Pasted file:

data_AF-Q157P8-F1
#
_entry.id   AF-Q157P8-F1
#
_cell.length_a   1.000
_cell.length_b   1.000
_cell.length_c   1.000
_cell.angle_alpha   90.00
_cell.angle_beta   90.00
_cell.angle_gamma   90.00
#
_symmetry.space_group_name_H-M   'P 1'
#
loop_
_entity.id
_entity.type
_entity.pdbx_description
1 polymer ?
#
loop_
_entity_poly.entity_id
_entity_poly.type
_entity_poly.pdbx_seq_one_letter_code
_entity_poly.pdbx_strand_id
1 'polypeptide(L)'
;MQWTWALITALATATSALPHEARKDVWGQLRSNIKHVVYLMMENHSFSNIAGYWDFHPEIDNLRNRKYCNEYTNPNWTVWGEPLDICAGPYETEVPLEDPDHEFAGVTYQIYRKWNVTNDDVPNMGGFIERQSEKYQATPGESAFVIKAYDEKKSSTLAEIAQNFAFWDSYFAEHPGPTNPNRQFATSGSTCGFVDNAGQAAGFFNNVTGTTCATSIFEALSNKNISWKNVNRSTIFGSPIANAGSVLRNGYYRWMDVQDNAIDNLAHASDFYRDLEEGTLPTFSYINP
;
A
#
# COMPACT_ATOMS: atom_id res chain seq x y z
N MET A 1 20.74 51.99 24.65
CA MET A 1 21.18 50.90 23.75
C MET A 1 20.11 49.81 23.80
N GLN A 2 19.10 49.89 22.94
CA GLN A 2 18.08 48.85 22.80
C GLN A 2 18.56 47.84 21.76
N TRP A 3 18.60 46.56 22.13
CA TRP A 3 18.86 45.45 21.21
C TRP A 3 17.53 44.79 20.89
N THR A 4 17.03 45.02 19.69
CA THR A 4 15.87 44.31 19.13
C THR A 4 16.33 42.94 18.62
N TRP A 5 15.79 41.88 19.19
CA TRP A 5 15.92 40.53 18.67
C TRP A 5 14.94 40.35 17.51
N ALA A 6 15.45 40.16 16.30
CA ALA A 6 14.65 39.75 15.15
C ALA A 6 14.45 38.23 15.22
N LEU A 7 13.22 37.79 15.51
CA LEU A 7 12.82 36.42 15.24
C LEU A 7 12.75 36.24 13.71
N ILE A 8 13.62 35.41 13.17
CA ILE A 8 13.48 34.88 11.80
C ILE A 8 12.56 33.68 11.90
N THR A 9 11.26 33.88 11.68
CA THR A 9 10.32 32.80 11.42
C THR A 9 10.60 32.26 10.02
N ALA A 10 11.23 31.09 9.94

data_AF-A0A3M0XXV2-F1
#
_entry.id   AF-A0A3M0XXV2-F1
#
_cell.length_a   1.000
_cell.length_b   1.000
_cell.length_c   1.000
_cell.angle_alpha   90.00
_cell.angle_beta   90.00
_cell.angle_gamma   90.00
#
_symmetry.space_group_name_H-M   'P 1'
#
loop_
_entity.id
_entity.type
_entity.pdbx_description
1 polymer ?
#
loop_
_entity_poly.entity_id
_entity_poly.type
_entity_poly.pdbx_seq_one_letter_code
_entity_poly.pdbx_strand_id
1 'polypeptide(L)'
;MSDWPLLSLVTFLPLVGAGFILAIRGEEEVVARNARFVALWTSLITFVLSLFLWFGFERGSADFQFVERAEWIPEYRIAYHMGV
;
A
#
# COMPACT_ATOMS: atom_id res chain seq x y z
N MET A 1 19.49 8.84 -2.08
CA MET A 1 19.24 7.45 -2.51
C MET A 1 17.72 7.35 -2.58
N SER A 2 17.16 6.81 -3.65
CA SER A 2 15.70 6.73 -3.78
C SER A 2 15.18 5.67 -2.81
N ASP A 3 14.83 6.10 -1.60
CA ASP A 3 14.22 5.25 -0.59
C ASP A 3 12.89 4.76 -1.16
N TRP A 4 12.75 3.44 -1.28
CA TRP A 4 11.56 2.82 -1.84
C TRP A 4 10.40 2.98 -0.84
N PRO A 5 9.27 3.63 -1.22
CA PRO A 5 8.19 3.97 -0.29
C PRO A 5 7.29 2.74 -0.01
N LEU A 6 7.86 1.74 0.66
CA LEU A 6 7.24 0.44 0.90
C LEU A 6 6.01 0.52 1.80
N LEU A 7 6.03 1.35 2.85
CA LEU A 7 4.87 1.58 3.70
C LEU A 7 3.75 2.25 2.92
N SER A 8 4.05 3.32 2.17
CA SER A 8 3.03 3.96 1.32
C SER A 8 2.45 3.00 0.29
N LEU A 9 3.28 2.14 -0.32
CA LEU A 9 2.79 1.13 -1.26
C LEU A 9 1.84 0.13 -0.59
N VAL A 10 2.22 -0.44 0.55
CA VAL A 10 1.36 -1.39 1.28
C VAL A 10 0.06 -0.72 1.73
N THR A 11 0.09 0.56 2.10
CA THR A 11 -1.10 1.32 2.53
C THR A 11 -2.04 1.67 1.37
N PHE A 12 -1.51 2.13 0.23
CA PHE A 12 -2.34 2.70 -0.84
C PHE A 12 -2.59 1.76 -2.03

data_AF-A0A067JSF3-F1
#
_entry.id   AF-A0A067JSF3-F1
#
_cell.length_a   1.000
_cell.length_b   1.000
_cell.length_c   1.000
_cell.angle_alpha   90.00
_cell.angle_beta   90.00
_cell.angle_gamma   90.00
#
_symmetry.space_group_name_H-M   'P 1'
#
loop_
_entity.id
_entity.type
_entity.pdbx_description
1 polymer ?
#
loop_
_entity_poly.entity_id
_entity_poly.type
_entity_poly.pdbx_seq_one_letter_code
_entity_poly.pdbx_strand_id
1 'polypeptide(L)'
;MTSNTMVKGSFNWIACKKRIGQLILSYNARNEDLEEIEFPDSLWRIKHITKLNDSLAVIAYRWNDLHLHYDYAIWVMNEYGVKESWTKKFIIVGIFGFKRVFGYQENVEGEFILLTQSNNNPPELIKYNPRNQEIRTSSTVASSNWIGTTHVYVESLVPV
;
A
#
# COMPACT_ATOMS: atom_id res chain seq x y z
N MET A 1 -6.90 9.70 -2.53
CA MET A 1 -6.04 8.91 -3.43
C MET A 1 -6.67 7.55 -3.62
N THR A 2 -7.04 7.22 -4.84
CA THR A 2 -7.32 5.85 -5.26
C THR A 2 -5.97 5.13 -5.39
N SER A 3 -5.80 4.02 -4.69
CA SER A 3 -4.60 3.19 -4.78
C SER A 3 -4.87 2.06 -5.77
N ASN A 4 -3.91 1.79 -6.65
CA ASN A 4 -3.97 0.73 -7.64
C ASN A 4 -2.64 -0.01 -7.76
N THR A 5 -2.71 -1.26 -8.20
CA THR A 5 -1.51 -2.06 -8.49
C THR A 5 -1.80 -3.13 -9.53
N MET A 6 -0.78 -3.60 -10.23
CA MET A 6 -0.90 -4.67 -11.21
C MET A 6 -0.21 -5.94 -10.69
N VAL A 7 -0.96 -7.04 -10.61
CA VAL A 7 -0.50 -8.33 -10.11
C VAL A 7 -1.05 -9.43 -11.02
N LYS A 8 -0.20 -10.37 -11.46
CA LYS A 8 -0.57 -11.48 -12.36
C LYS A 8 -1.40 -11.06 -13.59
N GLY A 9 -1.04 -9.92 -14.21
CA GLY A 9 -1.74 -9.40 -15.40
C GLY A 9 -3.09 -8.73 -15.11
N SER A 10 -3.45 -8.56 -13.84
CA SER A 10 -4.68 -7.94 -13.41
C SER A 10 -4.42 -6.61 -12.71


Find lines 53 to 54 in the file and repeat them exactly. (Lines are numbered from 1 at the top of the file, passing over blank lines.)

CA ILE A 8 13.48 34.88 11.80
C ILE A 8 12.56 33.68 11.90